Malawi President Lazarus Chakwera yesterday addressed the Strategic Dialogue on Health where he was excited to be part of the dialogue.
“We all know that climate change is no longer a distant threat. But the fact is that the impact of climate change is more pronounced in developing countries like Malawi, which are not sufficiently resilient to climate shocks, especially in the health sector,” said Chakwera.
On the Climate Change Index, Chakwera said that Malawi is characterized as one of the most vulnerable nations. The Malawi leader recounted that since 1946, Malawi has experienced major droughts and floods, and more than 600 disaster events.
“From 1980, there has been an increased frequency of extreme weather 3 events and disasters in my country. For instance, since 2022, Malawi has been hit by Tropical Cyclones Anna, Gombe and Freddy. The latter that hit the country early this year, was the worst ever in the history of the country, causing the most devastating health impacts, apart from other forms of destruction. More than 2.2 million people were directly affected, out of which 659,278 were displaced, 679 were confirmed dead, 537 are still missing and 2,178 were injured. The increased occurrence of natural calamities and disasters contribute to the worsening of people’s health status, economic and social welfare, loss of life and damaging of health infrastructure.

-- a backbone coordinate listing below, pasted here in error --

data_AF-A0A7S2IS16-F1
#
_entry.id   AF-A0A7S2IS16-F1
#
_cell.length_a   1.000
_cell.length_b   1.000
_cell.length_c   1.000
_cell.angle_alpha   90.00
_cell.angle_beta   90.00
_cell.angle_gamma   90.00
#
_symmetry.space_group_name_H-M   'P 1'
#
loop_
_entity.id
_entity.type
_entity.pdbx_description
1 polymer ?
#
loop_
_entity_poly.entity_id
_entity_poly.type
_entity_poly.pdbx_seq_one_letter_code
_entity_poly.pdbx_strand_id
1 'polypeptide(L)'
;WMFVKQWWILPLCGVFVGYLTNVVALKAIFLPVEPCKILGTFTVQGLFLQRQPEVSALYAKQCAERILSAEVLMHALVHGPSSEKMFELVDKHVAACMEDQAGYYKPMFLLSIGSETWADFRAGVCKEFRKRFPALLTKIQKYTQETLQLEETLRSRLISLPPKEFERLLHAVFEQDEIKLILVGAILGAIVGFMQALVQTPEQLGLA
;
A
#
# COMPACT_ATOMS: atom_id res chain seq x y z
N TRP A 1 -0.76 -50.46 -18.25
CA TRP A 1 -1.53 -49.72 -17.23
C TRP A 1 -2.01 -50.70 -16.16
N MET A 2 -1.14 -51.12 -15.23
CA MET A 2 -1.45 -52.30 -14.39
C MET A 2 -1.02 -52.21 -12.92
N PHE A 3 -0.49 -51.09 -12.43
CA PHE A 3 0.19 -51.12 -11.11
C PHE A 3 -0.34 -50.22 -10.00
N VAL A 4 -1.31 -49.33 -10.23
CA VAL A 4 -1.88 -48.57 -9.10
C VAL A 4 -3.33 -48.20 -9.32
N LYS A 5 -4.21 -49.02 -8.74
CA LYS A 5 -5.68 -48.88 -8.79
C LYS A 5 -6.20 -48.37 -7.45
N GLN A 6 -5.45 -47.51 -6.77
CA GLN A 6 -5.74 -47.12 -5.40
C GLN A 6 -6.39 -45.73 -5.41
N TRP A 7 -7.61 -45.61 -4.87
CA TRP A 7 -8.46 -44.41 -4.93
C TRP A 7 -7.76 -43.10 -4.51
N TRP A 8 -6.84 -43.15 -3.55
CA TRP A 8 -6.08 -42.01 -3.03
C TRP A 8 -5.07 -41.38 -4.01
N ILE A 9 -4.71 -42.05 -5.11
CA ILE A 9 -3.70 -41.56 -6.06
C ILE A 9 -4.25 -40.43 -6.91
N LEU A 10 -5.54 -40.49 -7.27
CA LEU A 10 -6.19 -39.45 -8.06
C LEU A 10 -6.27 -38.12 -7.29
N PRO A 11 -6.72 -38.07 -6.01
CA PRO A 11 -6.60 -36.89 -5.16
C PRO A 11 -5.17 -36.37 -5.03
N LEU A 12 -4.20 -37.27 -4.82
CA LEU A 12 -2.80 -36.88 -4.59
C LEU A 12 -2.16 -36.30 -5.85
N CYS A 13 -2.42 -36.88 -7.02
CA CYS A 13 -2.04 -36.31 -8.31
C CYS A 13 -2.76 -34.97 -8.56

“Globally, the impacts of climate change on health systems are clear. They include: increased incidences of climate sensitive diseases; disruption of a continuum of care for the chronically-and terminally-ill people; loss of medical supplies and a breakdown of cold chain as well as loss and damage of health infrastructure and water, sanitation and hygiene (WASH) facilities in communities. ´said Chakwera.
During his remarks, Chakwera said addressing these threats requires the need to act with urgency, and collectively.
“We must prioritize the well-being of our communities and ensure that our adaptation strategies are equitable, leaving no one behind, in addressing the threat of our existence. We need to develop short-term and long-term goals. In the short-term, we must strengthen our preparedness and response mechanisms to climate-related health emergencies. This includes improving Early Warning Alert and Response Systems; enhancing resilience in healthcare infrastructure; strengthening capacity-building efforts at the community level; and amplifying the voice of children and women in climate action,” he said.